Biomedical Big Data: New Models of Control Over Access, Use and Governance
AbstractEmpirical evidence suggests that while people hold the capacity to control their data in high regard, they increasingly experience a loss of control over their data in the online world. The capacity to exert control over the generation and flow of personal information is a fundamental premise to important values such as autonomy, privacy, and trust. In healthcare and clinical research this capacity is generally achieved indirectly, by agreeing to specific conditions of informational exposure. Such conditions can be openly stated in informed consent documents or be implicit in the norms of confidentiality that govern the relationships of patients and healthcare professionals. However, with medicine becoming a data-intense enterprise, informed consent and medical confidentiality, as mechanisms of control, are put under pressure. In this paper we explore emerging models of informational control in data-intense healthcare and clinical research, which can compensate for the limitations of currently available instruments. More specifically, we discuss three approaches that hold promise in increasing individual control: the emergence of data portability rights as means to control data access, new mechanisms of informed consent as tools to control data use, and finally, new participatory governance schemes that allow individuals to control their data through direct involvement in data governance. We conclude by suggesting that, despite the impression that biomedical big data ...
Abstract ObjectivesTo evaluate how oral and general health‐risk behaviours cluster among Brazilian adolescents. MethodsThe study comprised a total of 109 104 adolescents (52.2% female) participating in the Brazilian National School‐based Student Health Survey (PeNSE). Seventeen behaviours (including diet; oral and hand hygiene; frequency of dental visits; tobacco, alcohol and drug use; sexual behaviour; physical activity, and risk for external causes) were measured using a self‐reported questionnaire. Pairwise correlations between the health‐risk behaviours were performed, and clustering was assessed by the hierarc...
Authors: PMID: 29166204 [PubMed - in process]
Authors: Yue JK, Winkler EA, Sharma S, Vassar MJ, Ratcliff JJ, Korley FK, Seabury SA, Ferguson AR, Lingsma HF, Meeuws S, Adeoye OM, Rick JW, Robinson CK, Duarte SM, Yuh EL, Mukherjee P, Dikmen SS, McAllister TW, Diaz-Arrastia R, Valadka AB, Gordon WA, Okonkwo DO, Manley GT, , Hansen Deng Predictors of mTBI admission, referral and outcome, , and the TRACK-TBI Investigators Abstract OBJECTIVE: To investigate the clinical management and medical follow-up of patients with mild traumatic brain injury (mTBI) presenting to emergency departments (EDs). METHODS: Overall, 168 adult patients with mTBI from the prospective...
CONCLUSIONS: Accordingly, we demonstrate the potential of mammalian hair follicles serving as an additional source for biomarker discovery and for diagnosing mTBI with high accessibility. PMID: 29157017 [PubMed - as supplied by publisher]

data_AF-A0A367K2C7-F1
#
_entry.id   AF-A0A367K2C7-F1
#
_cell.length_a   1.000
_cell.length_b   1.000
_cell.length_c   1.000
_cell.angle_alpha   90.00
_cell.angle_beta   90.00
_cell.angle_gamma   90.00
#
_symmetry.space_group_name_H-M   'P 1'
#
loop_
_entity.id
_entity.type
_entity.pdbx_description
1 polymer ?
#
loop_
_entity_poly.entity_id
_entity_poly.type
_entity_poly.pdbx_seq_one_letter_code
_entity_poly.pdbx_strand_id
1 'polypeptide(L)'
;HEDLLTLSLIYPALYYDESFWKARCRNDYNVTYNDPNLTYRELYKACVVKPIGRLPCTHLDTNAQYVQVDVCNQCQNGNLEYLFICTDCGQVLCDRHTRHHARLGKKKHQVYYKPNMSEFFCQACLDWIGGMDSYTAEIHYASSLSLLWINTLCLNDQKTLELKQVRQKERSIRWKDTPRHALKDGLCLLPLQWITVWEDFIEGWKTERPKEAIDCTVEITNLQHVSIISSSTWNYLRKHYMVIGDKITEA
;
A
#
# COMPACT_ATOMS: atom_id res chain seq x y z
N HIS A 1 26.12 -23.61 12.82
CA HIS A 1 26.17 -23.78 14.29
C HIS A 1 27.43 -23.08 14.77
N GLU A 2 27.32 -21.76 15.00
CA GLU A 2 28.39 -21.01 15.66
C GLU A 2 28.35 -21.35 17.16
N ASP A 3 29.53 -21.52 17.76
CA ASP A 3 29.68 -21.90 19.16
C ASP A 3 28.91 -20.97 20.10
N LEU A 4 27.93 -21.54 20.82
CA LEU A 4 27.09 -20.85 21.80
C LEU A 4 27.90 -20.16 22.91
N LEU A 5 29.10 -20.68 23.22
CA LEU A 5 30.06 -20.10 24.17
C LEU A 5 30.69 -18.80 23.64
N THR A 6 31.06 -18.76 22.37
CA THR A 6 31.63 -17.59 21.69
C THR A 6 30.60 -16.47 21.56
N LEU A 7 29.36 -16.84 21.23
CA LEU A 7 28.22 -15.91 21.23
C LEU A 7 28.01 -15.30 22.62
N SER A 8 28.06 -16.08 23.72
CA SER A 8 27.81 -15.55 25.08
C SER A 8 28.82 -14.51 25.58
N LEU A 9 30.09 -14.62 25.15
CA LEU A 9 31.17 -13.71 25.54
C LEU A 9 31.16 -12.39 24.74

Authors: Mercier E, Tardif PA, Cameron PA, Émond M, Moore L, Mitra B, Ouellet MC, Frenette J, de Guise E, Le Sage N Abstract BACKGROUND: This systematic review aimed to determine the prognostic value of neuron-specific enolase (NSE) to predict post-concussion symptoms following mild traumatic brain injury (TBI). METHODS: Seven databases were searched for studies evaluating the association between NSE levels and post-concussion symptoms assessed ≥ 3 months (persistent) or ≥ 7 days
CONCLUSION: Pre-injury psychosocial and demographic factors may be more important than injury severity for predicting some long-term functional outcomes post-TBI. It would likely be beneficial to assess these factors in the inpatient setting, with input from a multidisciplinary team, as an early understanding of prognostic indicators can help guide treatment for optimal functional outcomes. PMID: 29157000 [PubMed - as supplied by publisher]
Authors: Ibañez Pérez De La Blanca MA, Fernández Mondéjar E, Gómez Jimènez FJ, Alonso Morales JM, Lombardo MDQ, Viso Rodriguez JL Abstract PRIMARY OBJECTIVE: To identify risk factors for intracerebral lesion (ICL) in older adults with mild traumatic brain injury (MTBI) and evaluate the influence of comorbidities on outcomes. RESEARCH DESIGN: Prospective cohort study. METHODS AND PROCEDURES: Information was gathered on clinical history/examination, cranial computed tomography, admission Glasgow Coma Scale (GCS) score, analytical and coagulation findings, and mortalit...
CONCLUSIONS: rmTBI produces acute cognitive and anxiety-like disturbances associated with inflammatory changes in brain regions involved in spatial memory and anxiety. PMID: 29156991 [PubMed - as supplied by publisher]
CONCLUSION: Young patients reported psychological problems in several areas during the chronic phase of injury, which may hinder complete reintegration and participation in society. Larger functional improvement during sub-acute rehabilitation seemed to be associated with less psychological problems in the chronic phase. PMID: 29156990 [PubMed - as supplied by publisher]
Authors: Faugeras F, Rohaut B, Valente M, Sitt J, Demeret S, Bolgert F, Weiss N, Grinea A, Marois C, Quirins M, Demertzi A, Raimondo F, Galanaud D, Habert MO, Engemann D, Puybasset L, Naccache L Abstract BACKGROUND: The prognosis value of early clinical diagnosis of consciousness impairment is documented by an extremely limited number of studies, whereas it may convey important information to guide medical decisions. OBJECTIVE: We aimed at determining if patients diagnosed at an early stage (
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